- Hang Seng Tech Index pauses after a rapid two-day rally as traders await earnings reports from Xiaomi, Kuaishou
- Cathie Wood’s Ark Investment appears to be turning less bearish even as China has not signalled any easing in regulatory crackdown
Hong Kong stocks retreated as traders locked in gains from the week’s swift rebound and the market awaits a slew of earnings reports.
The Hang Seng Index slid 0.4 per cent to 25,634.38 at the local noon break on Wednesday, reversing an earlier rally of as much as 1 per cent. China’s Shanghai Composite Index added 0.3 per cent.
The Hang Seng Tech Index slipped 0.1 per cent, surrendering a 3.5 per cent gain, following a two-day rally. Meituan added 1.7 per cent after earlier gaining as much as 6.3 per cent. Tencent Holdings slipped 0.6 per cent, reversing a 4.2 per cent advance.
Caution prevailed after a rally this week lifted the Hong Kong market out of bear territory amid bargain hunting, even though China’s top policymakers have not signalled an end to the regulatory crackdown that wiped out more than US$1 trillion of value in recent weeks.
“Investors should take a defensive strategy, given that market sentiment is fragile,” said Shen Yandong, an analyst at Wanhe Securities. “In the short term, the market will continue to be rattled by policies as well as economic growth momentum and liquidity issues.”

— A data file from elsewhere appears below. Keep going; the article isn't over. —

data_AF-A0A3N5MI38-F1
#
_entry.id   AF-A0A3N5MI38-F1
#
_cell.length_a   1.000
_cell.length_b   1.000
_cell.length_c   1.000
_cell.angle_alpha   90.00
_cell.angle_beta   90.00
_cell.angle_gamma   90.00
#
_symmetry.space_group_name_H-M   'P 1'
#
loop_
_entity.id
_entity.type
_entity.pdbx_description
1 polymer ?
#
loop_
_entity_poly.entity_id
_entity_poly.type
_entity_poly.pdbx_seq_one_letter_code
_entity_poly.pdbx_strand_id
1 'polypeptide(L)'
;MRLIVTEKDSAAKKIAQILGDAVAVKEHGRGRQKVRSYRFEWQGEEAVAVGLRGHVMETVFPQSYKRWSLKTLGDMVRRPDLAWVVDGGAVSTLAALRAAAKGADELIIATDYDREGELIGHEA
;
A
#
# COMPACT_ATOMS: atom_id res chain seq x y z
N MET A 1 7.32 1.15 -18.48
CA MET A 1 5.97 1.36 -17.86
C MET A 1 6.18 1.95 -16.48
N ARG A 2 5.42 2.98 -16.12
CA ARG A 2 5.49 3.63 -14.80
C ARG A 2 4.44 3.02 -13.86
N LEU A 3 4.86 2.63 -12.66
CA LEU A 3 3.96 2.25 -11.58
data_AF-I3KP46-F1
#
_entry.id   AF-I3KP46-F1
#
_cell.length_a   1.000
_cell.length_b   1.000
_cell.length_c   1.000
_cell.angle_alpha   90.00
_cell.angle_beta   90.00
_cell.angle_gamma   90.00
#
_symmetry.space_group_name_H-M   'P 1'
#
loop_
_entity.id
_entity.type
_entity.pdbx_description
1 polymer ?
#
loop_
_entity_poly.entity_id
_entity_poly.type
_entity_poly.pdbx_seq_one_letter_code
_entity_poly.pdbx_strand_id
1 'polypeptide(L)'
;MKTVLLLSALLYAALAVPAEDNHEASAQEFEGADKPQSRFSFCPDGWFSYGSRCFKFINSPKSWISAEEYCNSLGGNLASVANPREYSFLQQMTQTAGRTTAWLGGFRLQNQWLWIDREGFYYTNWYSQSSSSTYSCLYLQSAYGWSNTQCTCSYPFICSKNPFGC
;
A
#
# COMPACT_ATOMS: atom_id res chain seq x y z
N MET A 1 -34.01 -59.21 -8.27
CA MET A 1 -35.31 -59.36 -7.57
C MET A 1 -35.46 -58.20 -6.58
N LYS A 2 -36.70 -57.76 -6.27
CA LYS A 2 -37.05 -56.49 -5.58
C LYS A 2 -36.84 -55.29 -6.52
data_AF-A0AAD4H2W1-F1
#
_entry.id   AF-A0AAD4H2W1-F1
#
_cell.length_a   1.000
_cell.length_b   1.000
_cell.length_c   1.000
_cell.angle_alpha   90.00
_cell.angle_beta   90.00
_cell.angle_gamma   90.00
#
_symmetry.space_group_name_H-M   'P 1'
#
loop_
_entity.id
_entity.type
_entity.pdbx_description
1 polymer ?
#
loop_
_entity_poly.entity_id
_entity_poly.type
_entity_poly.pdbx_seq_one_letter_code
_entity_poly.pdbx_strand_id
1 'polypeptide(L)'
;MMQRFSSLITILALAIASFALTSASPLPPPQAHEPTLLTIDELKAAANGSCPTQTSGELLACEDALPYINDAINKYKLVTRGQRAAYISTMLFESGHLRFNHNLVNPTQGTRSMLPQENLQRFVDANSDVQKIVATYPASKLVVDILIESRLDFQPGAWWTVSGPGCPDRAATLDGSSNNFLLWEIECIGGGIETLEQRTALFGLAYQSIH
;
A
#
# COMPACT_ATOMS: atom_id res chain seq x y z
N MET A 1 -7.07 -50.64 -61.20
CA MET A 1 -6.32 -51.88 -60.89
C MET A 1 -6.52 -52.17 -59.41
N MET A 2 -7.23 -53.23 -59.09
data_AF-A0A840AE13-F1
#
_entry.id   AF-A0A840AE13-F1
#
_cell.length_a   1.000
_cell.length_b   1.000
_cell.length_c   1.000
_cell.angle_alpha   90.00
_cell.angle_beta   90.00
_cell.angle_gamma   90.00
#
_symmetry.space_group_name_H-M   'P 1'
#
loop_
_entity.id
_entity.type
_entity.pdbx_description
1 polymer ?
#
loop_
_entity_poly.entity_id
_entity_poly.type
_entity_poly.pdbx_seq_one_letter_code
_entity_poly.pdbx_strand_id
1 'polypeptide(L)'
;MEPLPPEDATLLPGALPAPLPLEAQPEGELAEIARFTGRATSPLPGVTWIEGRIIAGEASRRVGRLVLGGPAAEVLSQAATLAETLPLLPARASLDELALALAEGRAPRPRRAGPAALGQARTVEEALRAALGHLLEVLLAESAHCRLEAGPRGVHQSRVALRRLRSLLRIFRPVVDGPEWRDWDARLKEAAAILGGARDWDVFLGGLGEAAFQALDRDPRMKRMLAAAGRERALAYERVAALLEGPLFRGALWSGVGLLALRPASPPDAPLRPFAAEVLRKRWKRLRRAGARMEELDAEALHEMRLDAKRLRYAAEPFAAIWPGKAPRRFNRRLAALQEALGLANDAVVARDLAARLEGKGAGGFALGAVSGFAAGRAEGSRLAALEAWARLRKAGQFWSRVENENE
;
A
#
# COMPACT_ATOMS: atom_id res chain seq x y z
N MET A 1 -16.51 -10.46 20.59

Some investors see long-term value in Chinese tech stocks. Ark Investment Management’s Cathie Wood said she is more optimistic than pessimistic about China in the long term, saying the crackdown was not meant to stymie growth and progress, Bloomberg reported.
Corporate earnings reports may test the strength of this week’s market rebound. Eight companies on the Hang Seng Index including Xiaomi are due to release their results on Wednesday. Kuaishou Technology, the worst-performer among mega listings in the city this year, is also due to report today.
Elsewhere, New Oriental Education and Technology Group, the after-school tutoring firm, surged 13 per cent to HK$15.56 in Hong Kong, heading for the biggest gain since June 10.
China Telecom slid 1.6 per cent to 4.87 yuan in Shanghai, extending the 10 per cent slump in each of the past two days, on concern about the hefty premium over its Hong Kong-traded shares.
Author: Zhang Shidong, SCMP